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Re: cygwin Digest 25 Sep 2005 20:51:19 -0000 Issue 4542

Fred Smith wrote:

> Which leads me to the dumb question (patience would be appreciated :)
> What is rebase? what does it do? under what circumstances would I
> want/need to do it?

When created, every DLL has a base address which is the location in the
virtual memory space that it was intended to be loaded into.  The DLL
can be loaded elsewhere, but doing so requires modifying any stored
addresses that are not relative.  This relocation takes a bit of time at
startup, and it also decreases the overall efficiency of the shared
library system.  Normally all processes that use a particular DLL can
share one copy of it in physical memory, but if it was relocated a copy
must be made.

To help alleviate this, the MS tools have a system whereby the image
base for a DLL is assigned based on some kind of hash signature of the
DLL. (I believe they also have a kind of internal central registry of
image bases for the core system DLLs, but I'm not sure about that since
the load addresses of even core DLLs varies by OS version and even
serive pack version.)

Gcc/binutils also has a similar mechanism, but it is not turned on by
default at present.  This means that DLLs created by Cygwin gcc all have
an image base of 0x10000000.  There is nothing wrong with this, as the
DLLs can be relocated as needed.  However, the system decides where to
relocate these DLLs, and this apparently is not always a deterministic
operation -- especially if DLLs are dynamically loaded by the program
with dlopen / LoadLibrary.  The Cygwin fork emulation code relies on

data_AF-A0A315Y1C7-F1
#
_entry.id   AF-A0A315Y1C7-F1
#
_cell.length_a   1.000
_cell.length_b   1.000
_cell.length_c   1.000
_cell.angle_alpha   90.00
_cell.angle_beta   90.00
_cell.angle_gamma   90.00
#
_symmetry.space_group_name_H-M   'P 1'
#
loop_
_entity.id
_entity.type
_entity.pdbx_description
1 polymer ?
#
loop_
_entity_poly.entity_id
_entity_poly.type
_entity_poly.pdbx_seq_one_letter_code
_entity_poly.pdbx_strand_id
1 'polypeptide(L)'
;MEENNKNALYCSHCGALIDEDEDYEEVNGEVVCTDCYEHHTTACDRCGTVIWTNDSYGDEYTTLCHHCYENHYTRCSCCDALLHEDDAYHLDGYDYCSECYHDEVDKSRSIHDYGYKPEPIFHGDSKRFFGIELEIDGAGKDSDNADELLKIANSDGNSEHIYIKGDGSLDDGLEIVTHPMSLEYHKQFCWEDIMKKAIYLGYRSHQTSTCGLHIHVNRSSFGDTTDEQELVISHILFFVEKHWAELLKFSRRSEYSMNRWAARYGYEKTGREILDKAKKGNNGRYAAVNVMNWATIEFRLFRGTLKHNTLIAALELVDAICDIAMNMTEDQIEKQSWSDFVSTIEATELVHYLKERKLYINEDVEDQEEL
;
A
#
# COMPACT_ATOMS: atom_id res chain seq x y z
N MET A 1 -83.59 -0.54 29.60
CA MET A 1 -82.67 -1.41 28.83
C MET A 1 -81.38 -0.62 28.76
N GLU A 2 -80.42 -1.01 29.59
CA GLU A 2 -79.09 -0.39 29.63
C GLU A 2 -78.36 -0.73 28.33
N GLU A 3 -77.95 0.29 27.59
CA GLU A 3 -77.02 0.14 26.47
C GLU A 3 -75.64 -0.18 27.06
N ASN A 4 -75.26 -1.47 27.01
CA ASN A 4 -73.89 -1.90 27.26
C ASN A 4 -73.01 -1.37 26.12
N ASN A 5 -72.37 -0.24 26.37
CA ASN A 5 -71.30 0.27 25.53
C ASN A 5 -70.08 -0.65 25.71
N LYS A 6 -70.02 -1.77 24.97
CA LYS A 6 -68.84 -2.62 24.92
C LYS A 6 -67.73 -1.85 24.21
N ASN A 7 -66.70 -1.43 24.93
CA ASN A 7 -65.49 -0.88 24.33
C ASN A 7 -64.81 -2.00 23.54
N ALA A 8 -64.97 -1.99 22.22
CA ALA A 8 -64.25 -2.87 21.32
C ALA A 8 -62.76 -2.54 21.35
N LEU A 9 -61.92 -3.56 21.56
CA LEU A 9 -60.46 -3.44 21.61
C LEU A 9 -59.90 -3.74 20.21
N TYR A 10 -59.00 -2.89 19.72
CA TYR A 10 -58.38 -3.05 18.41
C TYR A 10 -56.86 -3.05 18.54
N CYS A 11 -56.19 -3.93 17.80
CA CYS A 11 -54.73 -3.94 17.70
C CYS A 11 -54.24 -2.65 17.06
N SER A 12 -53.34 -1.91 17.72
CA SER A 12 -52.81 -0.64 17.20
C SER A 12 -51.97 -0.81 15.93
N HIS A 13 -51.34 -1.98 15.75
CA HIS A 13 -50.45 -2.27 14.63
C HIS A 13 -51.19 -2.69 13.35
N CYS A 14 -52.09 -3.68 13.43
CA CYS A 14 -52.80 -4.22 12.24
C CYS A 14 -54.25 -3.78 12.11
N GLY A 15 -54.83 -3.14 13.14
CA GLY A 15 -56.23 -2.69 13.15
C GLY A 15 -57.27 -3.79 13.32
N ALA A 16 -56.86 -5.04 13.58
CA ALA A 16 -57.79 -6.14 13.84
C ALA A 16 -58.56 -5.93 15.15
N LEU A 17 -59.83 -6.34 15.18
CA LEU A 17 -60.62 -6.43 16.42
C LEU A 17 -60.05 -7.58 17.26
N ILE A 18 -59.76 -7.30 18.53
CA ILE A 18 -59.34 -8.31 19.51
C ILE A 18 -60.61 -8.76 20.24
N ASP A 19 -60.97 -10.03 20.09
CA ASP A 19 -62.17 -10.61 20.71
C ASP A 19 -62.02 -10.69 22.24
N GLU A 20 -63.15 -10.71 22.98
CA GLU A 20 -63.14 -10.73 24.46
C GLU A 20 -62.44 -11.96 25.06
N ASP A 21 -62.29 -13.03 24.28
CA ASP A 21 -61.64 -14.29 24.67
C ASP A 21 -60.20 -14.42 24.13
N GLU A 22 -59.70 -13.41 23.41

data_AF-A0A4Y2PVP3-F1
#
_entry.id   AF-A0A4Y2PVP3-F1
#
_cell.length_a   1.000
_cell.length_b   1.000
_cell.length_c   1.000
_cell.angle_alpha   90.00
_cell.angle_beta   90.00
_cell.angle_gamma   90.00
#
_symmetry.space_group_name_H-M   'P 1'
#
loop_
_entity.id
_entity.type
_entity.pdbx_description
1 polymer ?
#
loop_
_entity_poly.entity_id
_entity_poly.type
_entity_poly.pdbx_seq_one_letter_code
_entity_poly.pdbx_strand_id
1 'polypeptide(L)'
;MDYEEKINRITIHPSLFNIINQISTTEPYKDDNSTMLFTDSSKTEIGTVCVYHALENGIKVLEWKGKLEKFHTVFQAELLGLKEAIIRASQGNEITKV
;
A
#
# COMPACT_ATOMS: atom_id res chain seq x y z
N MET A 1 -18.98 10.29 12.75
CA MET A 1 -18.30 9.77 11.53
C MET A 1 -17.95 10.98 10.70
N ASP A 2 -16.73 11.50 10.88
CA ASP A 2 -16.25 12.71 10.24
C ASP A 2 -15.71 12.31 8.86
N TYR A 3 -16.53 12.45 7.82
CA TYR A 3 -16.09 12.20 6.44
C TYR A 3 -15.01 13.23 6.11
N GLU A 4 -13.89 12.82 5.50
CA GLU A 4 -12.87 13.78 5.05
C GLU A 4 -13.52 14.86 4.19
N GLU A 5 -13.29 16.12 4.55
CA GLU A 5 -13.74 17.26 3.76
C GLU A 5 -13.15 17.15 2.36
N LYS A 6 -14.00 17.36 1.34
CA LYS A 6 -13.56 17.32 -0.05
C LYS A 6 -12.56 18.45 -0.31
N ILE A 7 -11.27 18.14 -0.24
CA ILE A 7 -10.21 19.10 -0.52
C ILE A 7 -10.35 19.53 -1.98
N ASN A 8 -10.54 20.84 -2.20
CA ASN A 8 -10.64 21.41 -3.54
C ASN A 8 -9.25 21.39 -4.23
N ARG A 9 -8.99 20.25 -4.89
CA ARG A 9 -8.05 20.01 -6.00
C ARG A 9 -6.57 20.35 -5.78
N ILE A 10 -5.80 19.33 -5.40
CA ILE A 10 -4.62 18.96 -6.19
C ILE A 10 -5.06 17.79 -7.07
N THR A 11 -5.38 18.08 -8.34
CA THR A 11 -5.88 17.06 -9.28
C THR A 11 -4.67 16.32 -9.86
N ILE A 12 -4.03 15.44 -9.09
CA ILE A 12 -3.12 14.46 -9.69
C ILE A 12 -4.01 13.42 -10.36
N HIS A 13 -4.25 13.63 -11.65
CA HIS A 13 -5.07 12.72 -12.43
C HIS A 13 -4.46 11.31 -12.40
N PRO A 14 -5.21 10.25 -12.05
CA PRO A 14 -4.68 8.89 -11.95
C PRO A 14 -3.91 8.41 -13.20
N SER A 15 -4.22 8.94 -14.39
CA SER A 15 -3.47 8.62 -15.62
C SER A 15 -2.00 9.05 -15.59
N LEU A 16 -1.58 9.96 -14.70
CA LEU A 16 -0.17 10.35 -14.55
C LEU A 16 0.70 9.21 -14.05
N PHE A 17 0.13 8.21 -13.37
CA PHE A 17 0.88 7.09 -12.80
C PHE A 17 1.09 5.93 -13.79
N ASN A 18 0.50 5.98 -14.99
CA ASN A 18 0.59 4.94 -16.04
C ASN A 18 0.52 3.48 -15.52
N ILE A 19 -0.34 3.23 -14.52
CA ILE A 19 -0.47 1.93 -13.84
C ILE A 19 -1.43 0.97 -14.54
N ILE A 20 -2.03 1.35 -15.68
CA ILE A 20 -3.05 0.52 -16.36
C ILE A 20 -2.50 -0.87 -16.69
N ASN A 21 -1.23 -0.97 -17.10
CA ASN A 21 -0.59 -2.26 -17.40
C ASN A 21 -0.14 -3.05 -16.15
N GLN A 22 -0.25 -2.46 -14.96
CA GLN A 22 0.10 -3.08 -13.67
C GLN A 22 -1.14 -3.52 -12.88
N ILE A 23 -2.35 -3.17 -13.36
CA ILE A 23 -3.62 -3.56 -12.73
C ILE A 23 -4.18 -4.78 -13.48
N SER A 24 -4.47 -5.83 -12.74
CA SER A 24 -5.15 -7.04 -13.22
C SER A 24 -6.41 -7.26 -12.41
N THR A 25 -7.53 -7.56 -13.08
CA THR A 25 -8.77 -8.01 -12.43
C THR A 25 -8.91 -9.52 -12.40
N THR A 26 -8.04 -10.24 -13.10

being able to recreate the same[*] memory layout in the child as the
parent, and if DLLs load into different locations in the child you will
get a fatal error from Cygwin, normally something along the lines of
"Unable to remap...."

The rebase tool can change the base address of a DLL on disk, so that
the relocation is permanent.  When you run rebaseall, it generates a
list of all the Cygwin DLLs, and then assigns each of them a unique
location that does not overlap with any of the other DLLs in the list
(based on their sizes.)  This is analogous to defragmenting a hard
drive.  It causes the memory layout to be deterministic as there is no
need for relocation, and fixes the problems with fork errors.

At the end of the day it would be cleaner to enable the automatic image
base assignment in ld, but I believe there were some problems associated
with this -- they may be fixed now.  But until then, rebaseall is fairly
simple and straightforward.

As to when to use it, just run it any time you get an "unable to map" or
"MapViewOfFileEx failed" or similar fatal error.  If you don't see any
fatal errors you don't need to worry.

[*] Cygwin can do fixups on its own data structures so that they can be
relocated, so the layouts aren't always exactly the same.


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